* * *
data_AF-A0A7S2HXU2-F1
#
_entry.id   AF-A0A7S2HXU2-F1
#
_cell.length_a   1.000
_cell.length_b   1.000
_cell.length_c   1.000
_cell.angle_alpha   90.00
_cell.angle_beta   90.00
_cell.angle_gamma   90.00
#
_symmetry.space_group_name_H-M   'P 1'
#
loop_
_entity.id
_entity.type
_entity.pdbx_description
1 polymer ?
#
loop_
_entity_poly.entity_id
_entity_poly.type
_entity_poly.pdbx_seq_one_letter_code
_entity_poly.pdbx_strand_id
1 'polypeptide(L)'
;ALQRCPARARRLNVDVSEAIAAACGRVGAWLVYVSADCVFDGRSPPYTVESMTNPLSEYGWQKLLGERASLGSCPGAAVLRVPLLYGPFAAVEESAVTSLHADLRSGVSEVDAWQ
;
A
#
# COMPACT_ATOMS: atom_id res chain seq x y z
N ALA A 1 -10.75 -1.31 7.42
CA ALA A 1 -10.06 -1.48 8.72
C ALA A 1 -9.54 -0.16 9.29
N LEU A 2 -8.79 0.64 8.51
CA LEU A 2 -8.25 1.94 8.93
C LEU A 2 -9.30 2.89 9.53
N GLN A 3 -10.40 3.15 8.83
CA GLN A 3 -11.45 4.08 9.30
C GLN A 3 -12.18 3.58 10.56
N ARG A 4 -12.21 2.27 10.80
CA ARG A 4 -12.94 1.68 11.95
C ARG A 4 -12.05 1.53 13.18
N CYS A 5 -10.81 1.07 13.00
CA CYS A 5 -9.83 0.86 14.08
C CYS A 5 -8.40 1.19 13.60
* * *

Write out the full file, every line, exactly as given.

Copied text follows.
data_AF-A0A7S2HXU2-F1
#
_entry.id   AF-A0A7S2HXU2-F1
#
_cell.length_a   1.000
_cell.length_b   1.000
_cell.length_c   1.000
_cell.angle_alpha   90.00
_cell.angle_beta   90.00
_cell.angle_gamma   90.00
#
_symmetry.space_group_name_H-M   'P 1'
#
loop_
_entity.id
_entity.type
_entity.pdbx_description
1 polymer ?
#
loop_
_entity_poly.entity_id
_entity_poly.type
_entity_poly.pdbx_seq_one_letter_code
_entity_poly.pdbx_strand_id
1 'polypeptide(L)'
;ALQRCPARARRLNVDVSEAIAAACGRVGAWLVYVSADCVFDGRSPPYTVESMTNPLSEYGWQKLLGERASLGSCPGAAVLRVPLLYGPFAAVEESAVTSLHADLRSGVSEVDAWQ
;
A
#
# COMPACT_ATOMS: atom_id res chain seq x y z
N ALA A 1 -10.75 -1.31 7.42
CA ALA A 1 -10.06 -1.48 8.72
C ALA A 1 -9.54 -0.16 9.29
N LEU A 2 -8.79 0.64 8.51
CA LEU A 2 -8.25 1.94 8.93
C LEU A 2 -9.30 2.89 9.53
N GLN A 3 -10.40 3.15 8.83
CA GLN A 3 -11.45 4.08 9.30
C GLN A 3 -12.18 3.58 10.56
N ARG A 4 -12.21 2.27 10.80
CA ARG A 4 -12.94 1.68 11.95
C ARG A 4 -12.05 1.53 13.18
N CYS A 5 -10.81 1.07 13.00
CA CYS A 5 -9.83 0.86 14.08
C CYS A 5 -8.40 1.19 13.60